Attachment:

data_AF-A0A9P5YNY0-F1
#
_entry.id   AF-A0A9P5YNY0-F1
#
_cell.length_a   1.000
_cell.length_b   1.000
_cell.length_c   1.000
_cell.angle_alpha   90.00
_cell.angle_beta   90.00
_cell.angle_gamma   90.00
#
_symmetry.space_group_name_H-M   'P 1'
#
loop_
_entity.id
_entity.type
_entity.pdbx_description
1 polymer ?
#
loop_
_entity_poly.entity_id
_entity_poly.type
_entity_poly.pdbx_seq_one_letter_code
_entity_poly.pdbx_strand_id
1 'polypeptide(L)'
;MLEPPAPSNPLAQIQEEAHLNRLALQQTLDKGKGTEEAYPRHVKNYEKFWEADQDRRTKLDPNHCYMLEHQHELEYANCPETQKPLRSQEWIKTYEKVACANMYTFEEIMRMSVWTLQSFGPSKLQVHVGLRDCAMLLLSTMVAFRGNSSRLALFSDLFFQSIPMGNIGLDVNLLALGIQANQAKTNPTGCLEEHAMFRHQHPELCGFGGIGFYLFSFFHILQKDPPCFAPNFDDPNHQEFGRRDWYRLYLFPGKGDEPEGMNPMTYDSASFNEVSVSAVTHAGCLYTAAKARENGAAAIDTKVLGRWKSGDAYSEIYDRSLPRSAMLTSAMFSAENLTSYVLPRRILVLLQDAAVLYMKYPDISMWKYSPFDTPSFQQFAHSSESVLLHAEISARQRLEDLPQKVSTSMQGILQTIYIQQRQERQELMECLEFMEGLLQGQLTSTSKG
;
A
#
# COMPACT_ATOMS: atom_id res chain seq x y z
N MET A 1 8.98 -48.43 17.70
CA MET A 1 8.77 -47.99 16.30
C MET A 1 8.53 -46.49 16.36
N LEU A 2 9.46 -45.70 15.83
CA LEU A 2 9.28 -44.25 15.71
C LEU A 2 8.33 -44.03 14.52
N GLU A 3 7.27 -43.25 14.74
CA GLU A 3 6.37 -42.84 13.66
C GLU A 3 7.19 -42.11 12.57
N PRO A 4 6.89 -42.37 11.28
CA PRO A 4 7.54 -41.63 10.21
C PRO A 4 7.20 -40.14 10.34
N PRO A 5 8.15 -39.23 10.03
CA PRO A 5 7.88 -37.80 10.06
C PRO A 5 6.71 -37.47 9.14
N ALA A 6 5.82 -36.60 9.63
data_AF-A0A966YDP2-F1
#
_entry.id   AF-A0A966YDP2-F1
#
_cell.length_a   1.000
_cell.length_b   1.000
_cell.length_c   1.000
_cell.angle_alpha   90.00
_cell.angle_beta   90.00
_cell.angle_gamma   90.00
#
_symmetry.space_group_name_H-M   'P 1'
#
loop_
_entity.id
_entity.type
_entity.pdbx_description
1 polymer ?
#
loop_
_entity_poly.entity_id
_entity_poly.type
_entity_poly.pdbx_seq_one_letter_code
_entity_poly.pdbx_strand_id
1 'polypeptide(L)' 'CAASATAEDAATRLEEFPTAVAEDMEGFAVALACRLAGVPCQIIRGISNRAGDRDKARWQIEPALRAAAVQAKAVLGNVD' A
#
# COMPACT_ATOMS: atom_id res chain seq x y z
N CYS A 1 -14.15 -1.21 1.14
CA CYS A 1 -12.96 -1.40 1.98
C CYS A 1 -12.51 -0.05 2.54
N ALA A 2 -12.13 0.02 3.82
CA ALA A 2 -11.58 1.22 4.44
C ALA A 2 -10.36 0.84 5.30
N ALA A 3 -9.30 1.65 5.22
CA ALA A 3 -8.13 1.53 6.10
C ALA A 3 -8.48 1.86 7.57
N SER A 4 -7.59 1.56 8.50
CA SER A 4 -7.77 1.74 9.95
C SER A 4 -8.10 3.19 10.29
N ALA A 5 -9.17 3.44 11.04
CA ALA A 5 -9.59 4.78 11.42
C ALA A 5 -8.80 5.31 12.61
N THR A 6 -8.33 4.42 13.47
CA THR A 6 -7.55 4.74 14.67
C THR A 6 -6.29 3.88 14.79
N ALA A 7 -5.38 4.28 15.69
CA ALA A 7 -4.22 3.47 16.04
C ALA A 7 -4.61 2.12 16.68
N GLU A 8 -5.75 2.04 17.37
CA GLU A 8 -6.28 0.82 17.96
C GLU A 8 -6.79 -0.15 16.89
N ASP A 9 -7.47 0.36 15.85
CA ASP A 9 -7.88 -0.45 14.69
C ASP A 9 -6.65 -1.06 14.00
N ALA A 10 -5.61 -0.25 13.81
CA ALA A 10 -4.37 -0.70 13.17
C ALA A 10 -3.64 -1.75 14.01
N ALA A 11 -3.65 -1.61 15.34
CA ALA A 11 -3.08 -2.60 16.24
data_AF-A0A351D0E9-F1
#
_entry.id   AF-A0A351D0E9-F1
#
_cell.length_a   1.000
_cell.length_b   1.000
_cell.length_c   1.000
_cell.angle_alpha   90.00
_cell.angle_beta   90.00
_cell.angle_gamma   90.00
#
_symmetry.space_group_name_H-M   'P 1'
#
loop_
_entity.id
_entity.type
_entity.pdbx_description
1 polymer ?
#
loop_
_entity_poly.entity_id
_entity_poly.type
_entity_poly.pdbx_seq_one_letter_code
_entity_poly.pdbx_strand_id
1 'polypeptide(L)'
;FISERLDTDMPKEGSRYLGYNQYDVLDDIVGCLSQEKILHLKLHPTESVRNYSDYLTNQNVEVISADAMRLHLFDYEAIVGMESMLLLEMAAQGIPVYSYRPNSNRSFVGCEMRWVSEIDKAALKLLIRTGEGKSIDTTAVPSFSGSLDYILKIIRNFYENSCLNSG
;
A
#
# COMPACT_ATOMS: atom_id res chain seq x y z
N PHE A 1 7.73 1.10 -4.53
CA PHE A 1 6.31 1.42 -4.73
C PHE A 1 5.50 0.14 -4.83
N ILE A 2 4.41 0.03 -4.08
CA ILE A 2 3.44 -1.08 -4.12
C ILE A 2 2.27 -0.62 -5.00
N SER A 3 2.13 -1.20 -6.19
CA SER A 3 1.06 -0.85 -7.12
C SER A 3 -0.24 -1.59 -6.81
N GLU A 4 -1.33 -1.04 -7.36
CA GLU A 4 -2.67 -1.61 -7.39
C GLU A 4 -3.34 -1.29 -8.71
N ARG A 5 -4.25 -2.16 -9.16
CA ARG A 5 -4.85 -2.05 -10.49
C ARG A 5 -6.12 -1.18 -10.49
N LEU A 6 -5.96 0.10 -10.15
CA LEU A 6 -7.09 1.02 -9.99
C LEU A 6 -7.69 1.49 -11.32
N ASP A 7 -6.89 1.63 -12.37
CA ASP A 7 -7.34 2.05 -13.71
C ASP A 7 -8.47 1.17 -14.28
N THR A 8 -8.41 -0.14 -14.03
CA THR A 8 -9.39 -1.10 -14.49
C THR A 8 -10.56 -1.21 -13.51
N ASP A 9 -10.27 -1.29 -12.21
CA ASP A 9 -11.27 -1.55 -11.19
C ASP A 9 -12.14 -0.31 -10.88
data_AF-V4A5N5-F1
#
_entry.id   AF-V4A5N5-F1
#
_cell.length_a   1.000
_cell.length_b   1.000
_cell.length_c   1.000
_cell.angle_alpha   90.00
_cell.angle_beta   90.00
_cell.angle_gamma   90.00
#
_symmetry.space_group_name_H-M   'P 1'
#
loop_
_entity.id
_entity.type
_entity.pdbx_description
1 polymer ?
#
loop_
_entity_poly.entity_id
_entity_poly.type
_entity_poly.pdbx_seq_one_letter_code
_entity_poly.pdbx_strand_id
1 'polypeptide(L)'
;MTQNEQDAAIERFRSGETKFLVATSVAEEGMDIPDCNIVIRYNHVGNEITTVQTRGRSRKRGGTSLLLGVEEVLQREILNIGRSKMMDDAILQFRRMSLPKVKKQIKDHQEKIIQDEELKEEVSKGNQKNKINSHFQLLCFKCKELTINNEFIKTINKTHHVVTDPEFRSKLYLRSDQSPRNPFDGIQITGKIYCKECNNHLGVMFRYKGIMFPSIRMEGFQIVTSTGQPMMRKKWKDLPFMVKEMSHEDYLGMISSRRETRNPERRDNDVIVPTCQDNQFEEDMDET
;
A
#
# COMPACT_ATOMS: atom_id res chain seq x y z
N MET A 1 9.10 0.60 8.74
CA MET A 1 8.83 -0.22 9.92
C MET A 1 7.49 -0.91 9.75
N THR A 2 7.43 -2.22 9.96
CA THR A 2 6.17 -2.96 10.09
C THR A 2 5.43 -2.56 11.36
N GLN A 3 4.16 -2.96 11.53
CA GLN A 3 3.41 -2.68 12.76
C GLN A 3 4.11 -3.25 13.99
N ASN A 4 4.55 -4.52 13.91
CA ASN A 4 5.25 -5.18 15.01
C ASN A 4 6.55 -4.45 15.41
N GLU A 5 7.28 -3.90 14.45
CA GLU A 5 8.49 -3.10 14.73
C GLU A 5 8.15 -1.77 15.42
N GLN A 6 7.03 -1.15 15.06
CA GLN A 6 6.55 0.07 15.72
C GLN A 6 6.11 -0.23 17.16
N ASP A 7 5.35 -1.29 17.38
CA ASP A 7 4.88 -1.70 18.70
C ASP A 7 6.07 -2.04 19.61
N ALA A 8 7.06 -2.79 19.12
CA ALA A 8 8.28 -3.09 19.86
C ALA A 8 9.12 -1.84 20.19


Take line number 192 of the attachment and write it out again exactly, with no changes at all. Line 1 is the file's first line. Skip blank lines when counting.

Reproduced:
# COMPACT_ATOMS: atom_id res chain seq x y z